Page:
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Third cub found on roadside joins siblings at Appalachian Bear Rescue

1:49 AM, Mar 24, 2013   |    comments
  • Courtesy: The Appalachian Bear Rescue in Townsend, Tenn.
  • Courtesy: The Appalachian Bear Rescue in Townsend, Tenn.
  • Courtesy: The Appalachian Bear Rescue in Townsend, Tenn.
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Two rescued black bear cubs were reunited with their sister on Friday following a long road to recovery.

Earlier this month in Westminster, S.C., someone found the three tiny, month-old cubs abandoned on the side of the road in a cardboard box. The Appalachian Bear Rescue in Townsend took in two of the cubs. Their sister was sent to Charles Towne Landing in Charleston because she needed immediate care.

The female cub, nicknamed Carrie Bear, joined her brothers, Bennie and Jerry, on Friday at the Appalachian Bear Rescue, which is a rehabilitation center for orphaned and injured black bear cubs. The center said the three rescued bears are now a little over a month old and weigh about 4.5 pounds. It's happy to report that all three are healthy and doing well.

Board President of ABR Dana Dodd said the center has been returning bears back to the wild since 1996. Carrie Bear is the ABR's 189th cub it's taken in.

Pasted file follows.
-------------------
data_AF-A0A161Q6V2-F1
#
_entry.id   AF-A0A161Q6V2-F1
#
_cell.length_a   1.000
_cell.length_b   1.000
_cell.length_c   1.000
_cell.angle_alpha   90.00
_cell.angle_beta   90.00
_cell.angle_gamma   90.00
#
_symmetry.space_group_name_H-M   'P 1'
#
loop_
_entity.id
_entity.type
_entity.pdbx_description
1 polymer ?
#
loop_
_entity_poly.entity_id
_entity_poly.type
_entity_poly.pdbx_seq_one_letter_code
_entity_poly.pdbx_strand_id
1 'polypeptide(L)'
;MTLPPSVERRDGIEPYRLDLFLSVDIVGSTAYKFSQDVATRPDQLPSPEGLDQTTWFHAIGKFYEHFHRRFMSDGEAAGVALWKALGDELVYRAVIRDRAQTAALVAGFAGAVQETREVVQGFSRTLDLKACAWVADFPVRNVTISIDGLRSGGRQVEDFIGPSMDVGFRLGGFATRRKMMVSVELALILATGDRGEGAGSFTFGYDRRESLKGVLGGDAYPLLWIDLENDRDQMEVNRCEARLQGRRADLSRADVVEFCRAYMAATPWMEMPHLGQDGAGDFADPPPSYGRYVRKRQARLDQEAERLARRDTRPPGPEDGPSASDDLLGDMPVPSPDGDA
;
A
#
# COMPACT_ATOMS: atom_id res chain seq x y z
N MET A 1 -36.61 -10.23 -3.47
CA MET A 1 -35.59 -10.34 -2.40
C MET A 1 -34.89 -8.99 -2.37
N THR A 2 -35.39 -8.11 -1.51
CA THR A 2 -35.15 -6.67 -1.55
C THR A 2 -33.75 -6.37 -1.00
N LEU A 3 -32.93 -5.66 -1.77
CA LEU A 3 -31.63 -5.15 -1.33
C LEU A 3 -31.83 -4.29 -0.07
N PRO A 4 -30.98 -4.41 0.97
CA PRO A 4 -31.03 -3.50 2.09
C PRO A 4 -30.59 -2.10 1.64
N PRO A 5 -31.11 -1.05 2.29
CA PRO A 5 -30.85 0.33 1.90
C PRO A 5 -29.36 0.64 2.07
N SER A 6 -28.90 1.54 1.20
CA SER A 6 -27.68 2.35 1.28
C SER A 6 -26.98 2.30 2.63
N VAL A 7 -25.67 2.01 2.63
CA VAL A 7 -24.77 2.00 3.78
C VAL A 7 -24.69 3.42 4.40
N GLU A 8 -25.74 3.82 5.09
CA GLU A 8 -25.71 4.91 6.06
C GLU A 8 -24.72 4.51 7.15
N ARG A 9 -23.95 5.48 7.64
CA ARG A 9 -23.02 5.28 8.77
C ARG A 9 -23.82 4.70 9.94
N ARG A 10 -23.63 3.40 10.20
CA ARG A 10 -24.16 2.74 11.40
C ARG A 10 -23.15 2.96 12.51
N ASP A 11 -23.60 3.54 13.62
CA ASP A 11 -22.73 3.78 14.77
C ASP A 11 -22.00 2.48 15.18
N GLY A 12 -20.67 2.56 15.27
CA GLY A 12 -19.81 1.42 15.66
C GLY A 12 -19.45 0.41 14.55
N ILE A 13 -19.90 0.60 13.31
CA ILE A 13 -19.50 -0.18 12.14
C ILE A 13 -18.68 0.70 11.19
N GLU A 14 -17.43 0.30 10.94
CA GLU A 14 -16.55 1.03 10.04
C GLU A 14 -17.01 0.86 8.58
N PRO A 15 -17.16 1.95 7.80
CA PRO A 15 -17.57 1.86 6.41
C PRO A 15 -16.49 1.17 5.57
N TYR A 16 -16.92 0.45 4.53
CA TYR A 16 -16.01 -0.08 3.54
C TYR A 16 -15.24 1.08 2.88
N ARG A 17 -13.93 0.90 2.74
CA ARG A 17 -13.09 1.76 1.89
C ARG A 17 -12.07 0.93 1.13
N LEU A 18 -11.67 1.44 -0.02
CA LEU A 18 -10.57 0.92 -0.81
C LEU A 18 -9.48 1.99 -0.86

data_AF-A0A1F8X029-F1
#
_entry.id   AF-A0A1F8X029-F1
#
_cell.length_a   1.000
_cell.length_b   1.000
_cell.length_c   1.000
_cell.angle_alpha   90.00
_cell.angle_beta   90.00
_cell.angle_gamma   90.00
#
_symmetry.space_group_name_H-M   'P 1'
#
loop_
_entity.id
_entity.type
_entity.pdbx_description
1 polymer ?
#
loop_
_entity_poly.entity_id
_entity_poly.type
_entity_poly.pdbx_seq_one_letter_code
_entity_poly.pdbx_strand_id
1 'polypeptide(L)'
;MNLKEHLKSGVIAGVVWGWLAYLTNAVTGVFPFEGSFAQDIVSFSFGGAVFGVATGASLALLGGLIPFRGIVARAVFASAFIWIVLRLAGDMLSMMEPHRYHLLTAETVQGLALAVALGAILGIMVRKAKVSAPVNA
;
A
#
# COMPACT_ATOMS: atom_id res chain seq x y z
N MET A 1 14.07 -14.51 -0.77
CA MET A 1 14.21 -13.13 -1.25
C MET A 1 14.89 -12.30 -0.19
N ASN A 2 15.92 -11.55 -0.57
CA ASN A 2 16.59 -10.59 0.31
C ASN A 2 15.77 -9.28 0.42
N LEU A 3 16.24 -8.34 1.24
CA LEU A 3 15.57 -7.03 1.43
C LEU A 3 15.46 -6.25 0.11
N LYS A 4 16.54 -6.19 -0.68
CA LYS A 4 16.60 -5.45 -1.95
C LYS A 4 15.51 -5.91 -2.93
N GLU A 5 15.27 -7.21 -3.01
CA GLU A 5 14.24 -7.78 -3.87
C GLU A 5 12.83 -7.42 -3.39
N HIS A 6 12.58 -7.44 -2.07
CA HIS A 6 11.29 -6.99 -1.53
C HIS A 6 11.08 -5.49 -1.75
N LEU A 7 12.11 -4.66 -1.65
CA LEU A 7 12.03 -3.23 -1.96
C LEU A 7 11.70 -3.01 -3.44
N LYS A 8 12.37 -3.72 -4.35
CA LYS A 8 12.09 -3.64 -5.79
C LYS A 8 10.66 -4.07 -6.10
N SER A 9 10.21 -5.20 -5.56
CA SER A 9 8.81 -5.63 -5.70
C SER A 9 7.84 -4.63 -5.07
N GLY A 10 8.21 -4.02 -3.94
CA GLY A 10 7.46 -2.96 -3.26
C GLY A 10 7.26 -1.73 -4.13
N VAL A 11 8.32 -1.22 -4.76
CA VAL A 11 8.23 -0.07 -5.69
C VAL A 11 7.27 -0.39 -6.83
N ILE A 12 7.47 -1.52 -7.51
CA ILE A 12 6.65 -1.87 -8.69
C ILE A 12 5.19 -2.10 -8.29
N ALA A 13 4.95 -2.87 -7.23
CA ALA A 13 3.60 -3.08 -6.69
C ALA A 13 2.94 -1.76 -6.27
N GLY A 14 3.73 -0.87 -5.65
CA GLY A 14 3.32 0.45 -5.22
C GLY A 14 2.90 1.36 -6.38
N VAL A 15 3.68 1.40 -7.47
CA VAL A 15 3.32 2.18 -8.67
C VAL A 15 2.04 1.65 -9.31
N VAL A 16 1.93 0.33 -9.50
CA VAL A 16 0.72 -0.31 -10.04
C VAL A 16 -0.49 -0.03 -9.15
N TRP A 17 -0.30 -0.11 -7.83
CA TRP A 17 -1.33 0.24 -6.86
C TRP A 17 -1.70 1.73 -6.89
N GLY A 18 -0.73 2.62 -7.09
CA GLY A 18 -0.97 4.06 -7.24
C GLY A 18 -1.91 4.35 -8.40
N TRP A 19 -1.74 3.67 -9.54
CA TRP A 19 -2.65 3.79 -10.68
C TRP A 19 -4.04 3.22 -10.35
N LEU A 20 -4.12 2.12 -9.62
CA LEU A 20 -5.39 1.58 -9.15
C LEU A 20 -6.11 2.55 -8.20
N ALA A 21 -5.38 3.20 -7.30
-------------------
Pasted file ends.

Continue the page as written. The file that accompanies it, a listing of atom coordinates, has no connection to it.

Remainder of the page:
"We have been successful returning black bear cubs to the wild because we minimize human contact," said ABR spokeswoman Heather Ripley. "Our curators are bottle feeding the cubs right now, but as the cubs get bigger and are able to stand and walk on their own, human contact will be diminished until there's no direct contact at all.

Ripley stressed that it's important for black bears to have minimal contact with people. She said black bears should be "naturally cautious and afraid of humans." This fear increase their chances of survival in the wild.

ABR Board President Dana Dodd said this rehabilitation wouldn't be possible if it weren't for their supporters.

"We want to thank our Facebook fans for their continued interest in our organization and their tremendous support for our rehabilitation efforts," said Dodd. "Without their generous donations, we wouldn't be able to care for these animals and send them back to the wild where they belong."

For regular updates on the cubs, visit the Appalachian Bear Rescue's Facebook page or visit the center's web site.

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